associated with Ganges. The
    temple town has many
 temples along the banks of
         the Ganges.
Varanasi is situated on the
crescent shaped left bank of
 the holy Ganga, it is one of
the ancient seats of learning
    in India, it is said to be
 respectively a compound of
  the names of two streams,
   the Varuna and the Assi,
         which still flow.
Till May 24, 1956, Varanasi
   was known by the name
      Banarus. From time
 immemorial Varanasi, has
been a great religious center
 for Hindus and one of their
     most sacred places of
pilgrimage, visited by millions
          each year.
Himalayan tributaries of
     River Ganga
Yamuna river
Ghaghara river
Gandak river / kali river
Kosi river
Tributaries from the
Peninsular Uplands
River Chambal a Tributary of Yamuna
River Chambal
River Betwa a Tributary of Yamuna
River Betwa
River son
River son a tributary of Ganga
Farakka Dam
Bhagirathi – Hoogly a distributary of Ganga
Bhagirathi – Hoogly a distributary of Ganga
After Ganga- Brahmaputra (Padma)has merged the combined
river is known as Meghna River
After Ganga- Brahmaputra has merged the
combined river is known as Meghna River
Meghna River
Meghna river is one of the
 major rivers in Bangladesh,
specially famous for it’s great
 estaury that discharges the
   flow of Ganga-Padma,
 Brahmaputra-Jamuna and
  the Meghna itself. It is a
      flood-prone river.
The downstream of Surma
 river from Ajmiriganj is often
  referred to as the Meghna.
  The Meghna has 2 distinct
parts: the Upper Meghna and
      the Lower Meghna.
The Upper Meghna from
   Kuliarchar to Shatnol is a
   comparatively small river.
  The Lower Meghna below
 Shatnol is one of the largest
rivers in the world because of
 its wide estuary mouth. The
   Lower Meghna is at times
 treated as a separate river.
There are two major dams on
the Ganga. One at Haridwar
      diverts much of the
Himalayan snowmelt into the
Upper Ganges Canal, built by
 the British in 1854 to irrigate
    the surrounding land.
The other dam is a serious
     hydroelectric affair at
  Farakka, close to the point
  where the main flow of the
river enters Bangladesh, and
  the tributary Hooghly (also
     known as Bhagirathi)
   continues in West Bengal
         past Calcutta.
THE SUNDERBAN DELTA
The Sunderbans delta is the
  largest mangrove forest in
the world. It lies at the mouth
 of the Ganges and is spread
 across areas of Bangladesh
 and West Bengal, India. It is
largely a tangled swampland.
The silt deposits of the delta
 covers an area of 23000 sq
miles. The river courses in the
  delta are broad and active,
   carrying a vast amount of
water. The rains from June to
  October cause most of the
 Bangladeshi delta region to
             flood.
On the seaward side of the
 delta are swamplands and
     tidal forests called
  Sunderbans. The delta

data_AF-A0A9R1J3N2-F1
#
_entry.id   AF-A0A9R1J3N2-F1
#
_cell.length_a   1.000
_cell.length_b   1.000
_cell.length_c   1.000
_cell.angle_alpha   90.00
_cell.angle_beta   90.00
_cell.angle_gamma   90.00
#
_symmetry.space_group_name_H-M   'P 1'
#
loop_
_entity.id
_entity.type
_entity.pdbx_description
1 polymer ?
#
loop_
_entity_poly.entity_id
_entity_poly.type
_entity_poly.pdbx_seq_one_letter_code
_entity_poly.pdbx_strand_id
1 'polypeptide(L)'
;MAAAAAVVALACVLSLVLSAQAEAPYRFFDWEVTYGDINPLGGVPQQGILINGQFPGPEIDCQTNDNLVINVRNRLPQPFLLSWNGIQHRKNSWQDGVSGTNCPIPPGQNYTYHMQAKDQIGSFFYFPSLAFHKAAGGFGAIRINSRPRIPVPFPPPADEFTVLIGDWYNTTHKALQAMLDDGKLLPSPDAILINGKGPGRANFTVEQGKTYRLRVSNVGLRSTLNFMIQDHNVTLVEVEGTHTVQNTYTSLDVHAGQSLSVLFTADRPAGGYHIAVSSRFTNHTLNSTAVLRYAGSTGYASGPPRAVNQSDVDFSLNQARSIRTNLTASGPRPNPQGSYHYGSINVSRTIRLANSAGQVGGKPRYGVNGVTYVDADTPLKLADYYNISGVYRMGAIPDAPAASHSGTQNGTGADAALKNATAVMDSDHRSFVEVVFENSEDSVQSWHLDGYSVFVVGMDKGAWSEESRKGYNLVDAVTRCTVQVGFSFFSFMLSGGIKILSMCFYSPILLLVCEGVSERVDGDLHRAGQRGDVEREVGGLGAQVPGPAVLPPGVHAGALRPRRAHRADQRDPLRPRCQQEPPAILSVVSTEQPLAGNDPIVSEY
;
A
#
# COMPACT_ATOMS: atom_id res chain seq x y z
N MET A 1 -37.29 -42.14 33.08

experiences strong cyclonic
storms before and after the
monsoon season, which can
       be devastating.
GANGES RIVER DELTA
The Ganges Fan is a large
 submarine accumulation of
sediment at the northern end
  of the Bay of Bengal, and
stretches from India, through
  Bangladesh, to Myanmar
 from west to east, and past
    Sri Lanka to the south.
The sediment is carried
      through a series of
underwater canyons, some of
  which are more than 1500
  miles (2,414km) in length.
(the Ganges Fan is not to be
  confused with the Ganges
            Delta.)
GANGES CANAL
Ganges Canal was dug from
 Haridwar to Kanpur in later
  half of 19th century and a
 very wide network of small
     tributary canals were
 constructed from the main
  canal to act as source of
irrigation in the fertile plains
 of Western Uttar Pradesh .
This canal is still supplying
water to thousands of villages
in western Uttar Pradesh and
  water of Ganga, flowing in
this canal, is in true sense the
    life line of western Uttar
     Pradesh an area which
  played a central role in the
  Green revolution of India.
HOW CLEAN ARE OUR
   WATERS???
Pollution of the Ganges has
  become so serious that
 bathing in and drinking it’s
  water has become very
   dangerous. The major
polluting industry along the
   Ganges is the leather
  industry especially near
           Kanpur.
In Kanpur, hides of goats,
horses and cows are bought
   in for tanning. The large
amount of water used in this
    process, mixed in with
 chemicals are dumped into
          the Ganges.
A recent study has proved
 that the amount of sewage
   flowing in Ganges has
doubled since 1985. Nearly 1
    billion liters of mostly
 untreated raw sewage that
enters the sewage everyday.
Also, inadequate cremation
 procedures contributes to a
   large number of partially
   burnt or unburnt corpses
floating down the Ganga, not
to mention livestock corpses.
There has been many clean
   up acts, such as GAP
(Ganges Action Plan) and the
 Oswald Plan. The GAP act
       began in 1985.
The GAP act was meant to
   clean up India’s most
  important river, but after
 twelve years of work and
 $300 million funding, the
GAP has achieved very few
      of it’s objectives.
The Oswald plan was to
release thousands of turtles,
 which were supposed to eat
the rotting corpses floating in
   the water. Some people
thought that the turtles would
        leave the area.
In November 1991 a survey
that was conducted showed
   that 60% of the turtles
 remained in Varanasi area
 and were seen nibbling on
        human flesh.
Hopefully, in the future the
river Ganges will be as clean
   as the Hindu pilgrimages
  believe it to be. It maybe a
      while but with more
coordinated effort the waters
 of the Ganges will be clean.
Can we help???
Central government approves Rs 7K crore for cleaning Ganga
The Ganga will flow clean and free from pollution
by 2020, ...???
The Ganges River, considered to be sacred in
India is getting a $1 billion clean up loan from
the World Bank.
The Ganges River (or Ganga as it also called)
is 2500 km long and has incredibley high
pollution, everything from industrial
chemicals to raw sewage. The $1billion World
Bank Ganga River Loan will support the clean
up efforts launched by the Indian government.
Clean up efforts that inlcude building water